When I am called up to read the blessing before the scroll is read, I am always called Hadassah bat Avraham. Hadassah is Esther’s Hebrew name, which I picked for myself as a convert. I picked it because as a child the Book of Esther was my favorite story in the Hebrew Bible. Grandma Alderson read it to me frequently and my stepmother told me that once when I was sick as a child I asked for Esther to be read to me, and said that she was impressed by the questions I asked were precocious. Why Avraham? Well, while a biological Jew has the Hebrew name of their biological father named in connection when they read the blessing, the convert has Avraham, mentioned instead. This is each convert has the patriarch Avraham (Abraham) for their spiritual ancestor… It is not that we lose our biological parents–whom we are told we still are bound to honor in this world and the next–it is only that we are spiritual descendants of Avraham or Abraham, too.
Yet I feel a special kinship with Abraham. What he means to me is not just his being called by God or the Akedah, the Binding of Isaac when he dedicates his son Isaac to God. No, it is also mentioned in that beautiful poem in Deuteronomy (mistaken to be devoid of poetry by so many people):
A wandering Aramean was my father,
and he went down into Egypt,
and sojourned there, few in number;
and he became there a nation, great, mighty, and populous.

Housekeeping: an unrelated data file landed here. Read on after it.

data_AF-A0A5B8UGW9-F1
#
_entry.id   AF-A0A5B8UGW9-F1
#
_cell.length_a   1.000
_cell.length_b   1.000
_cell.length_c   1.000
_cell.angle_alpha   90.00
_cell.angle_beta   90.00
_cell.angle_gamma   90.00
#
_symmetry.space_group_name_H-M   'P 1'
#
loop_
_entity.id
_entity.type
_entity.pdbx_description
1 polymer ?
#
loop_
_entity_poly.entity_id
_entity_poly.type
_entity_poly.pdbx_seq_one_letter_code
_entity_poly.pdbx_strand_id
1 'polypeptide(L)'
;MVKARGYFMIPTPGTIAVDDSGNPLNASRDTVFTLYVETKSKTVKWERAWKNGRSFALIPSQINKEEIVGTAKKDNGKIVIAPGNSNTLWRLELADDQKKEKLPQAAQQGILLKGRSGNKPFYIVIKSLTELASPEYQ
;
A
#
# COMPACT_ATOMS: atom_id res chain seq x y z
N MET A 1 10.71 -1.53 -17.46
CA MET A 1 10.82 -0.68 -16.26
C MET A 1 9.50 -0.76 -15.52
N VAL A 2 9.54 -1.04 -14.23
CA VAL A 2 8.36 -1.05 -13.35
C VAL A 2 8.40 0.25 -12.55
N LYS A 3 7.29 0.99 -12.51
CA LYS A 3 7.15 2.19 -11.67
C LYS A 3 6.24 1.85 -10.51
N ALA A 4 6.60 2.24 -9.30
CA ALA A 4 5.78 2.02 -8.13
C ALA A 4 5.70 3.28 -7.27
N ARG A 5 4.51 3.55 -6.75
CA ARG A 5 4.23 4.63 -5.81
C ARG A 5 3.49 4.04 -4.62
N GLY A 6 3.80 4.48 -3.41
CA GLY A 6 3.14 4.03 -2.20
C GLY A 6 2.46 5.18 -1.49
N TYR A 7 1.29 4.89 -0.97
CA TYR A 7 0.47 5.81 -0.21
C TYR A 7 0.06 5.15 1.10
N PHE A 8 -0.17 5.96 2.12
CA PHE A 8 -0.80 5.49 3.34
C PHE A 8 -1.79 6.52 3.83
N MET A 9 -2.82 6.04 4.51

I am a wanderer in spirit. Part of this is because as a child I was always moving: we moved twice in Topeka, once when I was four, another time before kindergarten, and then when Mom remarried we moved to Wichita, where I changed school twice before Middle school, thrice in Middle School, and once in High School, though this time it was because I dropped out of the I.B. Program–an Honor’s program. More, to see my father, Mom and Jim would take me on the turnpike twice a month during the school year and two weeks during the summer… and on these visits, I would routinely see Grandma Alderson as well as Dad–because my parents were not on the friendliest terms with him always. Then Dad moved from Topeka to Lawrence when he married his second wife, Renae. Of course, there was also the fact that Grandma Williams lived with my parents for a while before she died, and also lived at Friendly Acres, and then a nursing home before she died… So though I had many people in my life, there was always a sense that I was never in one place for very long, despite never moving outside of Kansas until graduate school. And this much physical wandering made me a spiritual wanderer, too, I believe. Oh, other things helped: my father and stepmother’s fundamentalism and my stepdad’s agnosticism (poor Mom was only Methodist). Yet there was a sense that like Abraham I was always a stranger in a strange land. I never had the same friends for very long, and I was often picked on. College increased this, though I enjoyed the different perspectives I got from this: I took my classes at a Protestant School (Friends University); a Catholic School (Kansas Newman), and the state school (Wichita State). This was before my one year of Grad School in California.